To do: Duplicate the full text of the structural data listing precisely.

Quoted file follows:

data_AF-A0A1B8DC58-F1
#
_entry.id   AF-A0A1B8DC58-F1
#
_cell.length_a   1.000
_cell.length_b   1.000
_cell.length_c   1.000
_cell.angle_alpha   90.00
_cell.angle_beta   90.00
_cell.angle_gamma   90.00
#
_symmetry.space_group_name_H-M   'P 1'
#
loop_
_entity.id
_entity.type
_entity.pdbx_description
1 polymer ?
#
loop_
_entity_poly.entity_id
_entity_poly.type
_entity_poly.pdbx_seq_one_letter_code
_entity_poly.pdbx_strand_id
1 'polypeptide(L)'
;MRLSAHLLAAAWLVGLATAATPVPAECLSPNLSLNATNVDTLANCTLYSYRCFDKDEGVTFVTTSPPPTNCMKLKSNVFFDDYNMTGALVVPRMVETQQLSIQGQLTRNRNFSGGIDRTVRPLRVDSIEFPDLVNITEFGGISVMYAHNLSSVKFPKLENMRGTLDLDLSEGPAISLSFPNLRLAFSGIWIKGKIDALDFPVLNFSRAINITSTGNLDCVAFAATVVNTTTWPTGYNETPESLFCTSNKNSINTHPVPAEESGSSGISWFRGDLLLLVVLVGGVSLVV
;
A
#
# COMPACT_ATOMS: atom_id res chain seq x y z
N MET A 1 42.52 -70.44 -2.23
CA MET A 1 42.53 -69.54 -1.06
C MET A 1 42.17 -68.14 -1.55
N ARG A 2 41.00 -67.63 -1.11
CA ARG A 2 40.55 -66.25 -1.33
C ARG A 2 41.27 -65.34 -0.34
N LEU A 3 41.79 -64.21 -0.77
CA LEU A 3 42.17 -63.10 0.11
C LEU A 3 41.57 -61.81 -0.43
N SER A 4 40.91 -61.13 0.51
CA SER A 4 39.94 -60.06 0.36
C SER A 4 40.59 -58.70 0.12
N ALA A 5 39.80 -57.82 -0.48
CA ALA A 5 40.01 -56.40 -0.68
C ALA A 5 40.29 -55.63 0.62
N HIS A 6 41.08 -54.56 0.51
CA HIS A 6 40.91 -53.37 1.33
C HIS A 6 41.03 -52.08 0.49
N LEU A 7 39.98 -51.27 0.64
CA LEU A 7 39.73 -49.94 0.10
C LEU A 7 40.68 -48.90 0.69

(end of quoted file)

data_AF-A0A1B8DC58-F1
#
_entry.id   AF-A0A1B8DC58-F1
#
_cell.length_a   1.000
_cell.length_b   1.000
_cell.length_c   1.000
_cell.angle_alpha   90.00
_cell.angle_beta   90.00
_cell.angle_gamma   90.00
#
_symmetry.space_group_name_H-M   'P 1'
#
loop_
_entity.id
_entity.type
_entity.pdbx_description
1 polymer ?
#
loop_
_entity_poly.entity_id
_entity_poly.type
_entity_poly.pdbx_seq_one_letter_code
_entity_poly.pdbx_strand_id
1 'polypeptide(L)'
;MRLSAHLLAAAWLVGLATAATPVPAECLSPNLSLNATNVDTLANCTLYSYRCFDKDEGVTFVTTSPPPTNCMKLKSNVFFDDYNMTGALVVPRMVETQQLSIQGQLTRNRNFSGGIDRTVRPLRVDSIEFPDLVNITEFGGISVMYAHNLSSVKFPKLENMRGTLDLDLSEGPAISLSFPNLRLAFSGIWIKGKIDALDFPVLNFSRAINITSTGNLDCVAFAATVVNTTTWPTGYNETPESLFCTSNKNSINTHPVPAEESGSSGISWFRGDLLLLVVLVGGVSLVV
;
A
#
# COMPACT_ATOMS: atom_id res chain seq x y z
N MET A 1 42.52 -70.44 -2.23
CA MET A 1 42.53 -69.54 -1.06
C MET A 1 42.17 -68.14 -1.55
N ARG A 2 41.00 -67.63 -1.11
CA ARG A 2 40.55 -66.25 -1.33
C ARG A 2 41.27 -65.34 -0.34
N LEU A 3 41.79 -64.21 -0.77
CA LEU A 3 42.17 -63.10 0.11
C LEU A 3 41.57 -61.81 -0.43
N SER A 4 40.91 -61.13 0.51
CA SER A 4 39.94 -60.06 0.36
C SER A 4 40.59 -58.70 0.12
N ALA A 5 39.80 -57.82 -0.48
CA ALA A 5 40.01 -56.40 -0.68
C ALA A 5 40.29 -55.63 0.62
N HIS A 6 41.08 -54.56 0.51
CA HIS A 6 40.91 -53.37 1.33
C HIS A 6 41.03 -52.08 0.49
N LEU A 7 39.98 -51.27 0.64
CA LEU A 7 39.73 -49.94 0.10
C LEU A 7 40.68 -48.90 0.69